On reflection Ma'am, perhaps it was unwise to remove Harry & Meg's royal patronages

IN my first week as Director of Communications at 10 Downing Street, I had the abstract art collection removed from my office and replaced by a single portrait of the Queen.

I figured that, in the heat of making big decisions, it would be wise to stop, think and ask myself: “What would Her Majesty do?”

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She seldom puts a foot wrong — but clearly mistakes have been made on all sides in the dispute which led to Harry and Meghan’s explosive TV interview this week.

The whole episode has been divisive and cool heads are required now to learn the lessons of the public relations disaster — and prevent things from getting even worse.

Whether it’s Meghan and her father, or William with Harry, what the past few days have taught us is that freezing out family members doesn’t work.

If we could turn back the clock, perhaps they would all accept they were a little too hasty in reacting to the fallout from the Sussexes’ decision to step back from their royal duties.

The decision to strip the couple of their royal patronages was perhaps the trigger to the chain of events which has inflicted so much damage on the Royal Family.

Surely it wasn’t such a big ask to allow Harry to stand beside his father and brother to lay a wreath at the Cenotaph each year?

Build bridges

Letting her grandson and his bride retain the roles that clearly mean so much to them would have been a small price to pay for keeping the peace.

Instead, the decision has led to rifts with the Commonwealth — Australia debating whether to drop the Queen as their head of state and the whole Royal Family being portrayed as racist.

But it’s not too late to repair the huge damage caused to the institution — providing that a proper, thought-out strategy is put in place now.

The only sensible way to move forward is to try to build bridges between the two sides — if nothing else to prevent more PR disasters in the future.

First, it requires a complete rethink from the Queen’s senior advisers.

I can’t imagine Her Majesty was best pleased with headlines last weekend, fresh from the lips of courtiers, branding the Oprah interview a “circus” and threatening to retaliate and “come out swinging”.

What exactly did they hope to achieve? Talk of war will only make things worse.

The Palace has also been too slow to respond.


The Duke of Cambridge should have immediately let it be known he was upset with some of the accusations, but was determined to find a way through these difficulties and would always love his brother.

Days later, and William still has not picked up the phone to Harry.
This situation is not going to get better until the Palace takes control of the situation and tries to make amends, no matter how painful that might be.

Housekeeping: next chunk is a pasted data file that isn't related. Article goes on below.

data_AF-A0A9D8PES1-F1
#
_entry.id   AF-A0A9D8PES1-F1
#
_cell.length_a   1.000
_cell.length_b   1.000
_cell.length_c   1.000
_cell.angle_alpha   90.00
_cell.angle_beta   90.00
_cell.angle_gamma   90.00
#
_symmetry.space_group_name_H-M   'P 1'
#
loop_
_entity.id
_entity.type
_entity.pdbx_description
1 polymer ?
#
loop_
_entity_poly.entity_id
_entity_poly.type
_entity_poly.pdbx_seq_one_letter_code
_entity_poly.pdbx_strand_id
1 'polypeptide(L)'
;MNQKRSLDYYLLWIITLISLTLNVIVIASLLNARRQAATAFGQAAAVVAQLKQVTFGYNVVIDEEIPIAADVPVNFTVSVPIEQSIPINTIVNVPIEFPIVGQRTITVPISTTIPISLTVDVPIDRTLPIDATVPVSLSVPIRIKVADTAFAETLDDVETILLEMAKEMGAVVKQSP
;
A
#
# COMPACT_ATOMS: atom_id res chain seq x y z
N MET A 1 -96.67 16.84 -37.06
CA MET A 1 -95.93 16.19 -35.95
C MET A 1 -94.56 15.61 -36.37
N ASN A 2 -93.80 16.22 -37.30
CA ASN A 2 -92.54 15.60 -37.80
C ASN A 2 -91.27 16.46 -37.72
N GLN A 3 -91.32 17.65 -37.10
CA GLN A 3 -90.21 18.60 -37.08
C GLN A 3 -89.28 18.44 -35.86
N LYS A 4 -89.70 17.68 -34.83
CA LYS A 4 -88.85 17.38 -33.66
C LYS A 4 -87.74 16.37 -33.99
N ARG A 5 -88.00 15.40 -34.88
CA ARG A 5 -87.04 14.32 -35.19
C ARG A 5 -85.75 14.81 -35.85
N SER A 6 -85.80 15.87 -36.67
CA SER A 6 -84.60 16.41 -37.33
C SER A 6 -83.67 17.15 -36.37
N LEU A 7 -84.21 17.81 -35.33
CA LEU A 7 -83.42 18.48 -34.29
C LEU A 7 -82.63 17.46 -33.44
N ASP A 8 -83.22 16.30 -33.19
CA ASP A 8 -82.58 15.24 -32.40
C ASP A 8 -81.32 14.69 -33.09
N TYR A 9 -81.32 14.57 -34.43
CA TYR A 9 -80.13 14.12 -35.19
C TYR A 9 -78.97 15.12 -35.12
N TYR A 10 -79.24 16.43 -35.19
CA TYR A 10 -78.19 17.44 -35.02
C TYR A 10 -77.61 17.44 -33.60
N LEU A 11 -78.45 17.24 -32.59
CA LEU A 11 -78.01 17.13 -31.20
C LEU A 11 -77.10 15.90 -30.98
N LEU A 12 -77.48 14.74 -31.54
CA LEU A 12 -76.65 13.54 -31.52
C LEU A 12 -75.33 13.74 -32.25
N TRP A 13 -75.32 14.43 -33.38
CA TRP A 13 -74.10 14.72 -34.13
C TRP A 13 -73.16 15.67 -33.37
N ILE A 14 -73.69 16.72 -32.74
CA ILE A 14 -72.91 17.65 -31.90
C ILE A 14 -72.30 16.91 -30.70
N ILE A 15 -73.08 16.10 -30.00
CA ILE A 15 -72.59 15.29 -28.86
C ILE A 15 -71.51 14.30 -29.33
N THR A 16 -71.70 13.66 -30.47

Of course, families up and down the land go through this kind of thing all the time.

But we get the benefit of conducting our heated arguments behind closed doors, not in front of the world’s cameras.

We don’t have to face the world’s judgment on who is right, who is wrong, what is true and what isn’t.

I’m not the only person to think that some of what Harry and Meghan said doesn’t add up.

What is clear is that we can choose to discount their accusations, while at the same time having sympathy for how they felt trapped.

These are not mutually exclusive positions to take.

The reaction to the interview has thrown up many strong opinions.

But despite these, I believe most Britons possess an excellent sense of fairness underneath it all.

Was it fair for Harry and Meghan to air their dirty laundry in public and give a one-sided view of history? Probably not.

Were they always treated fairly during their time together within the Royal Family? Probably not.

It’s time that they called it a score draw. Repairing relationships from this won’t be easy, with the anger raw on both sides.

The most damaging part of the interview was the accusation of racism within the Royal Family.

The minute anyone has to explain that they are not racist is the exact moment when people think they must be — otherwise why protest so much?

It’s a lose-lose situation.

Raw emotion

Harry and Meghan put the family firm in the most impossible of positions by levelling their accusation against an unnamed family member.

Did they know what hell they were unleashing? Or did the clarification from Oprah after the interview that Harry wanted it to be known that it wasn’t the Queen or Prince Philip sense a slight panic? We will never know.

The question is — how do they move on from here? First, senior royals must show some loyalty to Harry in spite of what has happened.

It may even win back some goodwill.

Now might also be a good time to review how the royals operate and to find a way to open up the institution a lot more.

The Firm needs to modernise — it’s not the Mafia, where you leave the family and all hell is unleashed.

A more open, transparent family, who people can see are willing to embrace other cultures and influences, would be a positive step forward.

William and Kate have already paved the way and they would do well to build on this over the next few years.

It is never easy, but it is time to dial back the rhetoric, remove some of the raw emotion from this situation and find a way to patch things up.

They need to be honest with the public, admit how difficult this is and ask for the space to heal privately.

Otherwise, the longer this goes on, the worse it’s going to get.

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